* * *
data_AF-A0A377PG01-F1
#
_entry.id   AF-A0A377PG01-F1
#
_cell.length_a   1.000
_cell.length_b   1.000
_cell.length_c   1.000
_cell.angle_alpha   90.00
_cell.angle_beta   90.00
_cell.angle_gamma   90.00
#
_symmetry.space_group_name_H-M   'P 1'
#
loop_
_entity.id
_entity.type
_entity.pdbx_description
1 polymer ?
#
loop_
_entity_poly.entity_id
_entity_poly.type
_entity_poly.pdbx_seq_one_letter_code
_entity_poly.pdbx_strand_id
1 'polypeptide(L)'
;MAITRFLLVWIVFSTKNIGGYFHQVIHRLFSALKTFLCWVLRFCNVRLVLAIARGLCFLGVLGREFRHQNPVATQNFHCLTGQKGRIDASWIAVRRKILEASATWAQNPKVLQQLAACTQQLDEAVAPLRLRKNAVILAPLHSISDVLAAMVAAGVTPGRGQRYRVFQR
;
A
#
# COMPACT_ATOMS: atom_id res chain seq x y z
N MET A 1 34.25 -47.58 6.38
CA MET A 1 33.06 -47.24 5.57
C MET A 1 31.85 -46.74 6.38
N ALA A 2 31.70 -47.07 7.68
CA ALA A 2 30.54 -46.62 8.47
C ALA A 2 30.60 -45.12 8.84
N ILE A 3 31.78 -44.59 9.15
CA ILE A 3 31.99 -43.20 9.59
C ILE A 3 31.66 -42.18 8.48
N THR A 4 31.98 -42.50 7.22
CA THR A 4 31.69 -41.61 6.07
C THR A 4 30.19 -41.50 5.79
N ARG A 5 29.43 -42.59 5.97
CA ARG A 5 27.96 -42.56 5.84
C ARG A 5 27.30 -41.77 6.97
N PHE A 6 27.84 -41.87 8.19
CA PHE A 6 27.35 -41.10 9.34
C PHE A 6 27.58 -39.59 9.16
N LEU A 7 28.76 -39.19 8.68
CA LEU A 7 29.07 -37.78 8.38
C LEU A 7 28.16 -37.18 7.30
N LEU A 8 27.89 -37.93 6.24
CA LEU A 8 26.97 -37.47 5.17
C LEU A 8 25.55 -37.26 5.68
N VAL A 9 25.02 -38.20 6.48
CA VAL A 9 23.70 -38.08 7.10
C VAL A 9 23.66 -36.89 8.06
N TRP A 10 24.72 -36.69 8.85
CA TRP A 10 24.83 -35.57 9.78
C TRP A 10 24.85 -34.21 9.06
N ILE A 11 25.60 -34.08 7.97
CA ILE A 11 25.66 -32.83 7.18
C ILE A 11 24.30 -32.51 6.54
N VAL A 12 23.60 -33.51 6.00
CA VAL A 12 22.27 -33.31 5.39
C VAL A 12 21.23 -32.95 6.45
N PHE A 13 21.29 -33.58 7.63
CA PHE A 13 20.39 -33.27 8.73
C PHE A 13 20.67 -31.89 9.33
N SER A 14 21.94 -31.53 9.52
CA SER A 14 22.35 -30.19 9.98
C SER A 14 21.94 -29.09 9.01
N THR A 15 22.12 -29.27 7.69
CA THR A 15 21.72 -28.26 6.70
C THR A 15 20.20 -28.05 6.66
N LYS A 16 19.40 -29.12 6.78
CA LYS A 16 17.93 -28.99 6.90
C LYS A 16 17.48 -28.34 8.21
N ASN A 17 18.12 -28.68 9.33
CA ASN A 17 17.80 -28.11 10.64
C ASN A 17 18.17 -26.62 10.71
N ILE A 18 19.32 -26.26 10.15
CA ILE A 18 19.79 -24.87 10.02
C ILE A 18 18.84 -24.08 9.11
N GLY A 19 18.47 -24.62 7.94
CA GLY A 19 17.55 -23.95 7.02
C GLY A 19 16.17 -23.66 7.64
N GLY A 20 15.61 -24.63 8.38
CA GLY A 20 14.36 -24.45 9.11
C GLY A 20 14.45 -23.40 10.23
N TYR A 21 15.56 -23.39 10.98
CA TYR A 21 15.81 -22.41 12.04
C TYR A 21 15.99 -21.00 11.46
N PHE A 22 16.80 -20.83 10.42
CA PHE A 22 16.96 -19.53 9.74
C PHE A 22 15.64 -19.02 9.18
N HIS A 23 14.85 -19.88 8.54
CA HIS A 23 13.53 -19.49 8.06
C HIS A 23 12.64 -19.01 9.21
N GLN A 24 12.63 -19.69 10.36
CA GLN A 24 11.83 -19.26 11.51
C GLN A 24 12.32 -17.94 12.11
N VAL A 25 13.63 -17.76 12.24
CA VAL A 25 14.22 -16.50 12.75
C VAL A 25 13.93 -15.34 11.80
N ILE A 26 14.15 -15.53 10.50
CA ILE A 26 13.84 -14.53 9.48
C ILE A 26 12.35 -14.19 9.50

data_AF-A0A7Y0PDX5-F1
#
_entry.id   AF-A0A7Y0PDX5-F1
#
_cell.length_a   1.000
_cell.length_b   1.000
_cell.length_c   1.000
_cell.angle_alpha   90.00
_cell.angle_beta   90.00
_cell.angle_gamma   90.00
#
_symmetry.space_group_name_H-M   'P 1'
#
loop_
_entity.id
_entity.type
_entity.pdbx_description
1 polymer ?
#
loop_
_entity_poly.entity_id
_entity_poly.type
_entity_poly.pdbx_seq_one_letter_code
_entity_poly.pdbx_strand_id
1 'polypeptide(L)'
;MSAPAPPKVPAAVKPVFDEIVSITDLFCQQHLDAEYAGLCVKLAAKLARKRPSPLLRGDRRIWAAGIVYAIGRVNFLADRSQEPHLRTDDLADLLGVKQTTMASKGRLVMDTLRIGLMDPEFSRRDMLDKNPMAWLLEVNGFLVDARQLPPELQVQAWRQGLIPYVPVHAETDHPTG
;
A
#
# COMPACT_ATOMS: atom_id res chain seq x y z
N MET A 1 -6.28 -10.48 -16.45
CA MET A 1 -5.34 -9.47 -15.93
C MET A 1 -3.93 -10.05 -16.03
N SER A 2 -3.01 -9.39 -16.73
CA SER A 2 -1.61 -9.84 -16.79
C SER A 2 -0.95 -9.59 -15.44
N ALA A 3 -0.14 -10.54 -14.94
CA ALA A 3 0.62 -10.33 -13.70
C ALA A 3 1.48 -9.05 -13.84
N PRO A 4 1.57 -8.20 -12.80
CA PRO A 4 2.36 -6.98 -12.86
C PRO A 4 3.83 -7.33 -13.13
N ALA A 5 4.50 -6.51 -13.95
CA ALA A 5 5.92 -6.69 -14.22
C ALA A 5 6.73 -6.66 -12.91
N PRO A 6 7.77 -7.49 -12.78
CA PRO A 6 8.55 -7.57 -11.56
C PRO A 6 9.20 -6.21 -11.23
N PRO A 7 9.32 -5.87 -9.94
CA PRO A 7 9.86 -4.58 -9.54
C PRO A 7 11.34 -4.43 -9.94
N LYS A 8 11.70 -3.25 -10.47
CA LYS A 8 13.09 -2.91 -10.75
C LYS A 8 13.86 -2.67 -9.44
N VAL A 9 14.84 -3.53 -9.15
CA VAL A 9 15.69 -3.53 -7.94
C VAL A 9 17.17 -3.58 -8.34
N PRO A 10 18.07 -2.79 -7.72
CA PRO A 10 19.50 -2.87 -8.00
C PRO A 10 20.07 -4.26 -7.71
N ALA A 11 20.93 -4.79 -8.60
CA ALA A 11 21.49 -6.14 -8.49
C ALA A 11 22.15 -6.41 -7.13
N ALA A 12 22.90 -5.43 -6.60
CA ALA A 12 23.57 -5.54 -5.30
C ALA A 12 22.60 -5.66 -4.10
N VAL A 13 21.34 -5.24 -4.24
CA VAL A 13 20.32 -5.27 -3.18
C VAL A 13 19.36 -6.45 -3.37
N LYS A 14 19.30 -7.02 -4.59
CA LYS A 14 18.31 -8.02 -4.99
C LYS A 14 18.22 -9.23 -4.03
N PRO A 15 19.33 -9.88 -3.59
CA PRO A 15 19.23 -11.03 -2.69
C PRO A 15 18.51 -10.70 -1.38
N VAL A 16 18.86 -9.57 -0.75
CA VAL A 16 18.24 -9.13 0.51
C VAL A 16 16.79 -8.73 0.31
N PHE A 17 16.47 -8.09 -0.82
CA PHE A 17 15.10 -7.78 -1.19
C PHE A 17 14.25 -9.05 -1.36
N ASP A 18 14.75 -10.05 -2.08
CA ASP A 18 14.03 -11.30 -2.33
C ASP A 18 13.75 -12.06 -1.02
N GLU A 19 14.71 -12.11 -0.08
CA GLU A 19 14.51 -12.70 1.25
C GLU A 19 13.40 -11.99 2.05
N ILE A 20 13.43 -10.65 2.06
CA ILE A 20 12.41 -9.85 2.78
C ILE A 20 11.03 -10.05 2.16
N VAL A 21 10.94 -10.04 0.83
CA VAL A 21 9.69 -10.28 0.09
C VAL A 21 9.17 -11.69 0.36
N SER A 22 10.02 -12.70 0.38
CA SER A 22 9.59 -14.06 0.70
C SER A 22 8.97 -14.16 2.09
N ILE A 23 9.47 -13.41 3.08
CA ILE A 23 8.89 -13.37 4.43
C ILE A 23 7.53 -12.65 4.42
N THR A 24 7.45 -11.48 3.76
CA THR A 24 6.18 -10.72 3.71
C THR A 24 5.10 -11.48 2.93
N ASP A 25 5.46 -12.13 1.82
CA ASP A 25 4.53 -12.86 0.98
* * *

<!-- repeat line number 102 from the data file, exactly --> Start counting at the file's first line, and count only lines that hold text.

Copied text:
C GLN A 24 12.32 -17.94 12.11